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Why do bureaucrats seem to think that the best way to cope with so many problems is to implement a ban on the product or service involved?
Got a problem with something? Just ban it and (so we're told) the problem will go away.
Well they banned murder, robbery, speeding, drugs and a raft of other "harmful" things -- yet that doesn't seem to have solved those problems at all.
We're told, after several high-profile incidents involving them, that it's only a matter of time before high-powered laser-pointers are banned in NZ, having already been made contraband in many other countries.
But ahead of such a ban, our bureaucrats have already acted to ban something far less dangerous, in the hands of sensible people
It seems that we're banning the sale of rare-earth magnets now.
They are now considered to be "unsafe goods" and as of today, they're illegal to sell.
Apparently the reason for this ban is the fact that if they're swallowed by young children, they can cause severe injury by tearing holes in the intestines -- as they pass through and snap together with others further up/down the line.
So, they're dangerous because if/when kids eat them, they cause injury and possibly even death.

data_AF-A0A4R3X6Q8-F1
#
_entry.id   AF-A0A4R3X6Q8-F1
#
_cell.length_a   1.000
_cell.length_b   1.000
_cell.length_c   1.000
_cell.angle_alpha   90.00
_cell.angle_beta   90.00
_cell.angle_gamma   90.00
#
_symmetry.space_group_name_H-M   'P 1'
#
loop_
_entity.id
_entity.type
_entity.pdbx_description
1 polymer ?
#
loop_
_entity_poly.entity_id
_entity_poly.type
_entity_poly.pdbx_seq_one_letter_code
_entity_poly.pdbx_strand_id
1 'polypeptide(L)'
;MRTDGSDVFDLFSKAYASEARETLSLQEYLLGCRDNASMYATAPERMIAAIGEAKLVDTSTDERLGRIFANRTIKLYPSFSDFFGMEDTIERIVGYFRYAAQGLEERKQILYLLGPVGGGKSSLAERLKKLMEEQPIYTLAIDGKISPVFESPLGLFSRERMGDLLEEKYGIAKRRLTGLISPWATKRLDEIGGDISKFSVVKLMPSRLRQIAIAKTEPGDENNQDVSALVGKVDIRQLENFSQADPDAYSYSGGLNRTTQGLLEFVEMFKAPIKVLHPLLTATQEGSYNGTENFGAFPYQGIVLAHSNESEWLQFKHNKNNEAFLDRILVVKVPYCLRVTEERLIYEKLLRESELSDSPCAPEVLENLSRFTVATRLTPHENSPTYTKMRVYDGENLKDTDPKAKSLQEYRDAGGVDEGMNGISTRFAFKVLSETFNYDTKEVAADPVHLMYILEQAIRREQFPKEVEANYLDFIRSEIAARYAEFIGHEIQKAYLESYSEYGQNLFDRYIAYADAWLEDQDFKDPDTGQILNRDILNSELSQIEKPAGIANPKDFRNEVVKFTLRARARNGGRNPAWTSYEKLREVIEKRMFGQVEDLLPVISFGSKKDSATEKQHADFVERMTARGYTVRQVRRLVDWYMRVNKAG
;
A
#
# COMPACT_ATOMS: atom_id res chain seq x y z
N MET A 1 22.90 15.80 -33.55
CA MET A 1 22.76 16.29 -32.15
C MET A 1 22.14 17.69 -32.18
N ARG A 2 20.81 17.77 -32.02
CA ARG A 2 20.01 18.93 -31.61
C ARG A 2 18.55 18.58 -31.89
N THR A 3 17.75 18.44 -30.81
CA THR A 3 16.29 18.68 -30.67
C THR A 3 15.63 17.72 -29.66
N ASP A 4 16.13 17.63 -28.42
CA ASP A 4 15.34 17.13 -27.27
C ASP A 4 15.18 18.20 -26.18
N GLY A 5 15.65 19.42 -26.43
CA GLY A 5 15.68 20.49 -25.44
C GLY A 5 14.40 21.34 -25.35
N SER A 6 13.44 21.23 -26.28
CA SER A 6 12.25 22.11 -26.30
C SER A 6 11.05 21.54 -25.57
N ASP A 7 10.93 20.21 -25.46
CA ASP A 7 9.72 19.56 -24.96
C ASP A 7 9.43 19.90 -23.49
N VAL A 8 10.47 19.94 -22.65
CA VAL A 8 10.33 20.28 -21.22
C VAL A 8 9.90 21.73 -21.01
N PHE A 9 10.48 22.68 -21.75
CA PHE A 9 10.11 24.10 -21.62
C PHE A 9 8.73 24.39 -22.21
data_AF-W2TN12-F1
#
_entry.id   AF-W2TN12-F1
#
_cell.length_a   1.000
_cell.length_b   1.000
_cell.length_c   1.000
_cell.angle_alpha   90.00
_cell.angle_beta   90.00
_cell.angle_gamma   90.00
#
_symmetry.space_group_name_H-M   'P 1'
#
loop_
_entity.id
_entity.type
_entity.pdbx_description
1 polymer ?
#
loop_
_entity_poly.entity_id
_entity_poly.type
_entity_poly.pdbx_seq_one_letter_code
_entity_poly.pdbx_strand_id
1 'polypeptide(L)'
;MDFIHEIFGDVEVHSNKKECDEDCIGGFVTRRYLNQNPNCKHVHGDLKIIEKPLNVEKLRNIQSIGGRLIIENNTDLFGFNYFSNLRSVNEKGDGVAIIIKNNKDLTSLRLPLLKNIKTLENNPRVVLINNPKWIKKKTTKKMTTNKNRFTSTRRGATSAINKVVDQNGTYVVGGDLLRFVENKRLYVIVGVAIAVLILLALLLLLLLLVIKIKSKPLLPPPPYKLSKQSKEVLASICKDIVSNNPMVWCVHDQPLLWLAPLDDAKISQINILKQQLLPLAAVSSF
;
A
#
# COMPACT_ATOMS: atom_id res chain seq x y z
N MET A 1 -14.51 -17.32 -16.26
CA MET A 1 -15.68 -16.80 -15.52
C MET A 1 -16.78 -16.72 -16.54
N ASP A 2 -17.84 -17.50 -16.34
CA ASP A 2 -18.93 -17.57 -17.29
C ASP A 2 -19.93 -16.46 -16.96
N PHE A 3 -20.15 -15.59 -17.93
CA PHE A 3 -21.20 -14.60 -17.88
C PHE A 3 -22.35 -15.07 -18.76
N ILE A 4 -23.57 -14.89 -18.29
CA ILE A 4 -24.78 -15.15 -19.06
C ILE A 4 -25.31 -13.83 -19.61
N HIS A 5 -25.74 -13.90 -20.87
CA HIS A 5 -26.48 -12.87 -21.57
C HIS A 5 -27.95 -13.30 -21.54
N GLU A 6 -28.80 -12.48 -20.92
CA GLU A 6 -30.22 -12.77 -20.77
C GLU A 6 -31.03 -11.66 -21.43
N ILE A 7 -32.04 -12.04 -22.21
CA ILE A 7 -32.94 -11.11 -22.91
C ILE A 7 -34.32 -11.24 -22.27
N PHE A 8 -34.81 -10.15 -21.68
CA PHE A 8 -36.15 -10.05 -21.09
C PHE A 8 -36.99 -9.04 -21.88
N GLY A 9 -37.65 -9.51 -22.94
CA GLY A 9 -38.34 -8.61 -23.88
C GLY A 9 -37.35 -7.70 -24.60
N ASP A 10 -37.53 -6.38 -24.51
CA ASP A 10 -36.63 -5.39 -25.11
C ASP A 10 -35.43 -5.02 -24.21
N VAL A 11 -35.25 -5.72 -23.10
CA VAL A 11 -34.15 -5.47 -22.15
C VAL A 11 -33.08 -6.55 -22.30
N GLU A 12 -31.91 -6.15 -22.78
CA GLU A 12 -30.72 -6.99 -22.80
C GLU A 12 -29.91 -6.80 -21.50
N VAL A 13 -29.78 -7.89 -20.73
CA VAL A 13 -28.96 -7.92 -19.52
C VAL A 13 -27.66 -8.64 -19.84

Well the mind boggles as to the number of other every-day items that also fit this criteria for banning. What next?
I feel sorry for anyone who might have ordered one of those rare-earth magnet sets that can be shaped into cubes, spheres and all other manner of shapes -- chances are that yours will be confiscated by NZ Customs when it hits our shores, even though it was 100% legal when you ordered it. Sorry, you've done your dough!
And how are we to build our over-unity magnetic motors if the raw materials have been made illegal? Gosh, you know, I bet it was the oil industry who are responsible for this move. Those selling plans for these magic free-energy motors are always saying that the technology is being suppressed by "big oil" (ROTFL).
The reality is that these magnets are enormously useful in many applications -- such as holding the canopies on RC model aircraft, for temporarily magnetising the shaft of a screwdriver so that it will hold the tiny screw you're taking out of something -- and for experimenting with electromagnetism or demonstrating how motors/generators work.
Surely it would have been possible to deal with the risk these items pose to a very tiny percentage of the population in some less draconian and brute-force way?
Perhaps restrict their sale to people who are old enough not to want to eat them?
Maybe *educate* the public as to the risks so they can ensure that their babies and toddlers never get their hands on them?
Ah... but that would all require *work* on the part of the bureaucrats -- much simpler just to roll out the universal (and ineffective) panacea for all such ailments: ban, ban, ban.
What do you think? A ban on rare earth magnets in the 21st century? Really?
What is the world coming to?
Is it any wonder we have generations growing up with no ability to manage risk -- when they've been molly-coddled by the state and forced to live in "Nerf-land" for most of their lives?
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